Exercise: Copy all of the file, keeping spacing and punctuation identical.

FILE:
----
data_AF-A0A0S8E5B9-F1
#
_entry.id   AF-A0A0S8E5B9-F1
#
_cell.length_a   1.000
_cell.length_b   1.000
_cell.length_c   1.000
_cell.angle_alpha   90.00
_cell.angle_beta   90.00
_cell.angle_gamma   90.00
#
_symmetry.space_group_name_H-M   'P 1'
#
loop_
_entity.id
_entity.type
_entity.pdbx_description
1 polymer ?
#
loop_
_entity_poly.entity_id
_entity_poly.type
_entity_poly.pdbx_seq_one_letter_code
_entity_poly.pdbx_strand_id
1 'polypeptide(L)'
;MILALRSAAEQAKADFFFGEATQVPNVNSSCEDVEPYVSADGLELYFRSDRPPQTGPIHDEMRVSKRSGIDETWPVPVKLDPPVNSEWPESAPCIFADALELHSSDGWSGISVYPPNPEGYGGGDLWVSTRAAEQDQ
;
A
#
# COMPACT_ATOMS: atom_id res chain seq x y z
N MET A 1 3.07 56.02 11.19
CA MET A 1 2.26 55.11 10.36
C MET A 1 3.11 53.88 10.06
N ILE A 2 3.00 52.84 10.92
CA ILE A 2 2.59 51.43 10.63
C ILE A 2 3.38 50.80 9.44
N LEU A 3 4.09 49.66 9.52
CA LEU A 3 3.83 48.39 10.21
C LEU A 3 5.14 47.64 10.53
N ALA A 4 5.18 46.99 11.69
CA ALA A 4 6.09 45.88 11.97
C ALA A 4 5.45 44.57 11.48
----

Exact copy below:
data_AF-A0A0S8E5B9-F1
#
_entry.id   AF-A0A0S8E5B9-F1
#
_cell.length_a   1.000
_cell.length_b   1.000
_cell.length_c   1.000
_cell.angle_alpha   90.00
_cell.angle_beta   90.00
_cell.angle_gamma   90.00
#
_symmetry.space_group_name_H-M   'P 1'
#
loop_
_entity.id
_entity.type
_entity.pdbx_description
1 polymer ?
#
loop_
_entity_poly.entity_id
_entity_poly.type
_entity_poly.pdbx_seq_one_letter_code
_entity_poly.pdbx_strand_id
1 'polypeptide(L)'
;MILALRSAAEQAKADFFFGEATQVPNVNSSCEDVEPYVSADGLELYFRSDRPPQTGPIHDEMRVSKRSGIDETWPVPVKLDPPVNSEWPESAPCIFADALELHSSDGWSGISVYPPNPEGYGGGDLWVSTRAAEQDQ
;
A
#
# COMPACT_ATOMS: atom_id res chain seq x y z
N MET A 1 3.07 56.02 11.19
CA MET A 1 2.26 55.11 10.36
C MET A 1 3.11 53.88 10.06
N ILE A 2 3.00 52.84 10.92
CA ILE A 2 2.59 51.43 10.63
C ILE A 2 3.38 50.80 9.44
N LEU A 3 4.09 49.66 9.52
CA LEU A 3 3.83 48.39 10.21
C LEU A 3 5.14 47.64 10.53
N ALA A 4 5.18 46.99 11.69
CA ALA A 4 6.09 45.88 11.97
C ALA A 4 5.45 44.57 11.48